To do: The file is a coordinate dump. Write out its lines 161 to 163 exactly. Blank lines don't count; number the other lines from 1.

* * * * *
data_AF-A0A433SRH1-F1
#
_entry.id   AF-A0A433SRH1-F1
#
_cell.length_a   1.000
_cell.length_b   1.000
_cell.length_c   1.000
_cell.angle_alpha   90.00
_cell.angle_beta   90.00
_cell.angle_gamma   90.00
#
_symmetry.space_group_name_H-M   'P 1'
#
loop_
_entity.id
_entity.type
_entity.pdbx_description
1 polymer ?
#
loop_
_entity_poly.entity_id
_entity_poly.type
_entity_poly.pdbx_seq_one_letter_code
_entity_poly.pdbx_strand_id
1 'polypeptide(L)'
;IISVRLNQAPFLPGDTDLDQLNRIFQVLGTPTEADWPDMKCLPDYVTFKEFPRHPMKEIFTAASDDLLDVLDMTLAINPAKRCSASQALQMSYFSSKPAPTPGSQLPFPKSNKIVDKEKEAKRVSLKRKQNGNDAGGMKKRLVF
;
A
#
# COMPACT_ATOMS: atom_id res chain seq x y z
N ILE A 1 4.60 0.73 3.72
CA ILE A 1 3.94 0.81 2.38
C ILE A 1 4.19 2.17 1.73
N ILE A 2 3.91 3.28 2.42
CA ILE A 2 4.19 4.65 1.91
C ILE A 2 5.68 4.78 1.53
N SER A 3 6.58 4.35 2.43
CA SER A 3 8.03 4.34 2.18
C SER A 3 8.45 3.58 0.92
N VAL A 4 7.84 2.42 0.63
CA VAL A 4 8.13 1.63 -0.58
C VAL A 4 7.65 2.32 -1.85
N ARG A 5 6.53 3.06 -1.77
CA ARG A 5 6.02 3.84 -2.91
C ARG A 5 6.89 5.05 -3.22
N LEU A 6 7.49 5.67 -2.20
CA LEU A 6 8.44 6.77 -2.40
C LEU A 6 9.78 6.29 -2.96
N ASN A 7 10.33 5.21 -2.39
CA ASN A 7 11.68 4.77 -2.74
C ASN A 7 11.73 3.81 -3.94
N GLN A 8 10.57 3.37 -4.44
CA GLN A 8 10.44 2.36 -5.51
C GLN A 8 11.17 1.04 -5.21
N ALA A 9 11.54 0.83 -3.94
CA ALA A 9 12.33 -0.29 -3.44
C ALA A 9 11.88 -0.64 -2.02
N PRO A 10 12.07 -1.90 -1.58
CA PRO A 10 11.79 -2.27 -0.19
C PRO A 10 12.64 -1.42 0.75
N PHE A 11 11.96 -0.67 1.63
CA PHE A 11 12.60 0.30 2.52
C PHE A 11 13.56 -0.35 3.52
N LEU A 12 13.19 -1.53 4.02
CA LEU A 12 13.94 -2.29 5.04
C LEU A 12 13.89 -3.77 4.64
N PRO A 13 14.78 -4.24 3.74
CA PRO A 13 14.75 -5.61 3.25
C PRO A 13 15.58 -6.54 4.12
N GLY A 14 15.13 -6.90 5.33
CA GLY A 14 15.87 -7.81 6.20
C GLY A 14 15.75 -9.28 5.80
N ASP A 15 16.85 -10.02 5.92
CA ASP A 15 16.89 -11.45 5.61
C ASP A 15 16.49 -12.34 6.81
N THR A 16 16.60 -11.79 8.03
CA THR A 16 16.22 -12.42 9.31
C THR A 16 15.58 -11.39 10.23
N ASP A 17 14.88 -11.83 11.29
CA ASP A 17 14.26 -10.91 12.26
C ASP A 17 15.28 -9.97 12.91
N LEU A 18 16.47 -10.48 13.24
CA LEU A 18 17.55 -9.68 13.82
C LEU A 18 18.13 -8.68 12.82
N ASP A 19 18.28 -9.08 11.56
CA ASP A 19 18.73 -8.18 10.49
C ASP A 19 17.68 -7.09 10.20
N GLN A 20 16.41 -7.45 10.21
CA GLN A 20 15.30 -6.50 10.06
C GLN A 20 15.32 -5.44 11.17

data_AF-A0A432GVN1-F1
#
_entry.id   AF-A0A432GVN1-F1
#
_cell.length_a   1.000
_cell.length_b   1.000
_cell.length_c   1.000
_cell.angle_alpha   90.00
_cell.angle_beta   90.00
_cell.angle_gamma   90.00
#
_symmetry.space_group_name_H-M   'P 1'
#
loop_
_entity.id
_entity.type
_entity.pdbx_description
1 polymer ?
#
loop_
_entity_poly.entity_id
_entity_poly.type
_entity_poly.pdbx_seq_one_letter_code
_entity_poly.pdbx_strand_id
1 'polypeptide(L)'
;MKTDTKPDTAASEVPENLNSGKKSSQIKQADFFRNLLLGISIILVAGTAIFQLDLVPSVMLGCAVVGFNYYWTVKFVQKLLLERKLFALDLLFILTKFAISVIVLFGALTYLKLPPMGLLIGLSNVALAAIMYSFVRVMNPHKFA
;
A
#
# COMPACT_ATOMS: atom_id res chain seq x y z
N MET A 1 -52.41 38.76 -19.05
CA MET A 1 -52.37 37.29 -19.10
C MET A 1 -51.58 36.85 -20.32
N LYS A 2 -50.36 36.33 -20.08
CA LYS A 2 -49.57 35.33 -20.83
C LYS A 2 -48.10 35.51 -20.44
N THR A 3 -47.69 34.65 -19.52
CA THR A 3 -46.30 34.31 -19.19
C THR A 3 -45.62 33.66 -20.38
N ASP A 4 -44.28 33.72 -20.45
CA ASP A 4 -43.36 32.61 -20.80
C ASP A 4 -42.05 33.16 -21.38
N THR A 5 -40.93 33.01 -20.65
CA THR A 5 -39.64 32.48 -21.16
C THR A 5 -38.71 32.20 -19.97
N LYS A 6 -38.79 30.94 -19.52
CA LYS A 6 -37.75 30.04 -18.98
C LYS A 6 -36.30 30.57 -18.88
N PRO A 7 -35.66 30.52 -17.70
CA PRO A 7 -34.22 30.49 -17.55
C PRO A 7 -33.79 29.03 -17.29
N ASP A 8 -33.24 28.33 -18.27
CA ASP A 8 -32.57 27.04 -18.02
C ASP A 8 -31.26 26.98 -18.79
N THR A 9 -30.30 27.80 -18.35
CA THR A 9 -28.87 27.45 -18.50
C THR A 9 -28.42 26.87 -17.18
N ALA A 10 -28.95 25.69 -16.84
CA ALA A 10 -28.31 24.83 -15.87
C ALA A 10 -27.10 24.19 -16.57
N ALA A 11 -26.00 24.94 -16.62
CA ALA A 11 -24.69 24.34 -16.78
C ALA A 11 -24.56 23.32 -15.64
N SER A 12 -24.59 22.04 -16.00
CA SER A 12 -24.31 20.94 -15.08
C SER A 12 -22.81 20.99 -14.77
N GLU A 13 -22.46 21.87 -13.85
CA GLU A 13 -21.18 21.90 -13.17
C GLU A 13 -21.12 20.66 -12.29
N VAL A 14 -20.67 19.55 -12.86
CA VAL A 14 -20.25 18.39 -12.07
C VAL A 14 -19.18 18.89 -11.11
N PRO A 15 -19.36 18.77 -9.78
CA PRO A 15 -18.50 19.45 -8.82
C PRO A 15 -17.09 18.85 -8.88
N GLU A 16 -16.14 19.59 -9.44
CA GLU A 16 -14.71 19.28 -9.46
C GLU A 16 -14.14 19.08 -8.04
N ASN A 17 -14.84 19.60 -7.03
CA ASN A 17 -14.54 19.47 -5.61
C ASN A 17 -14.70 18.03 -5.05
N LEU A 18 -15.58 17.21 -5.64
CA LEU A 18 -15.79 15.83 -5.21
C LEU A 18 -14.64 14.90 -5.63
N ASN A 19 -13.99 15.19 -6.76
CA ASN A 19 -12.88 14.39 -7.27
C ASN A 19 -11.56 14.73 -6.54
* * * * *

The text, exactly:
CA VAL A 14 -20.25 18.39 -12.07
C VAL A 14 -19.18 18.89 -11.11
N PRO A 15 -19.36 18.77 -9.78